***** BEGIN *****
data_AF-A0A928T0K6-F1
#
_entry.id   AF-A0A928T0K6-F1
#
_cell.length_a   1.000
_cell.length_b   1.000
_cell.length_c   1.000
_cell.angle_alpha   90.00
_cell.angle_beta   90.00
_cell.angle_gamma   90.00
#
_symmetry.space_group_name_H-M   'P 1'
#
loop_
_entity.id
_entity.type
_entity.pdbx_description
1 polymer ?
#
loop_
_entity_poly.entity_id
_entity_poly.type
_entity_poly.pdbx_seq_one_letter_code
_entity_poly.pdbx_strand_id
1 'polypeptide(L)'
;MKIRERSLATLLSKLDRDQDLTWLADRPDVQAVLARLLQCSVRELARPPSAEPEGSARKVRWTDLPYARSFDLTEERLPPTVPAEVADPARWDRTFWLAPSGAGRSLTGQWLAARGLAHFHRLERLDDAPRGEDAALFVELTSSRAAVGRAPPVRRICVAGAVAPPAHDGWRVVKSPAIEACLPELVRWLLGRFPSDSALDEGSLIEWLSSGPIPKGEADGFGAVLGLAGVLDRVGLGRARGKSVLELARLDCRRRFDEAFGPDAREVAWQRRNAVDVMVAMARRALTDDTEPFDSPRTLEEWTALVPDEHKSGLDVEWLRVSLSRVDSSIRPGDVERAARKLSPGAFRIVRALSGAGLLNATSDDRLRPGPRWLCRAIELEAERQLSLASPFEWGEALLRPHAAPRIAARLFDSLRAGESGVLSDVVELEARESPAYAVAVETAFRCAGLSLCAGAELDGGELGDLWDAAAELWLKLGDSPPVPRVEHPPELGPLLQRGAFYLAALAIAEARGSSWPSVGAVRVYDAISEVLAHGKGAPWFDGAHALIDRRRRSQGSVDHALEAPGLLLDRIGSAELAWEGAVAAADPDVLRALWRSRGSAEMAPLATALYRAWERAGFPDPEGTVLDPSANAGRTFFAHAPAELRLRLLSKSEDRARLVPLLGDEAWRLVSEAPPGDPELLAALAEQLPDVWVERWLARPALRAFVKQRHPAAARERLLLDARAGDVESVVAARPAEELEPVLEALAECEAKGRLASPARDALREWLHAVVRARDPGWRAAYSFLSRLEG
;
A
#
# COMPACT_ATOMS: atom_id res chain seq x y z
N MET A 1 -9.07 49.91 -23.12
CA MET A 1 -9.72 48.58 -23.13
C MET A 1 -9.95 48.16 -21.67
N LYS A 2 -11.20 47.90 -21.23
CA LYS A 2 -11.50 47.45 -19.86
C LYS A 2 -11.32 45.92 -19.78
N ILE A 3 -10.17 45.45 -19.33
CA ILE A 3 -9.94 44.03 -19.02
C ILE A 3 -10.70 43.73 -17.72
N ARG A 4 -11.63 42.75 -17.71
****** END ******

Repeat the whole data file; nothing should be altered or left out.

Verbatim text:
data_AF-A0A928T0K6-F1
#
_entry.id   AF-A0A928T0K6-F1
#
_cell.length_a   1.000
_cell.length_b   1.000
_cell.length_c   1.000
_cell.angle_alpha   90.00
_cell.angle_beta   90.00
_cell.angle_gamma   90.00
#
_symmetry.space_group_name_H-M   'P 1'
#
loop_
_entity.id
_entity.type
_entity.pdbx_description
1 polymer ?
#
loop_
_entity_poly.entity_id
_entity_poly.type
_entity_poly.pdbx_seq_one_letter_code
_entity_poly.pdbx_strand_id
1 'polypeptide(L)'
;MKIRERSLATLLSKLDRDQDLTWLADRPDVQAVLARLLQCSVRELARPPSAEPEGSARKVRWTDLPYARSFDLTEERLPPTVPAEVADPARWDRTFWLAPSGAGRSLTGQWLAARGLAHFHRLERLDDAPRGEDAALFVELTSSRAAVGRAPPVRRICVAGAVAPPAHDGWRVVKSPAIEACLPELVRWLLGRFPSDSALDEGSLIEWLSSGPIPKGEADGFGAVLGLAGVLDRVGLGRARGKSVLELARLDCRRRFDEAFGPDAREVAWQRRNAVDVMVAMARRALTDDTEPFDSPRTLEEWTALVPDEHKSGLDVEWLRVSLSRVDSSIRPGDVERAARKLSPGAFRIVRALSGAGLLNATSDDRLRPGPRWLCRAIELEAERQLSLASPFEWGEALLRPHAAPRIAARLFDSLRAGESGVLSDVVELEARESPAYAVAVETAFRCAGLSLCAGAELDGGELGDLWDAAAELWLKLGDSPPVPRVEHPPELGPLLQRGAFYLAALAIAEARGSSWPSVGAVRVYDAISEVLAHGKGAPWFDGAHALIDRRRRSQGSVDHALEAPGLLLDRIGSAELAWEGAVAAADPDVLRALWRSRGSAEMAPLATALYRAWERAGFPDPEGTVLDPSANAGRTFFAHAPAELRLRLLSKSEDRARLVPLLGDEAWRLVSEAPPGDPELLAALAEQLPDVWVERWLARPALRAFVKQRHPAAARERLLLDARAGDVESVVAARPAEELEPVLEALAECEAKGRLASPARDALREWLHAVVRARDPGWRAAYSFLSRLEG
;
A
#
# COMPACT_ATOMS: atom_id res chain seq x y z
N MET A 1 -9.07 49.91 -23.12
CA MET A 1 -9.72 48.58 -23.13
C MET A 1 -9.95 48.16 -21.67
N LYS A 2 -11.20 47.90 -21.23
CA LYS A 2 -11.50 47.45 -19.86
C LYS A 2 -11.32 45.92 -19.78
N ILE A 3 -10.17 45.45 -19.33
CA ILE A 3 -9.94 44.03 -19.02
C ILE A 3 -10.70 43.73 -17.72
N ARG A 4 -11.63 42.75 -17.71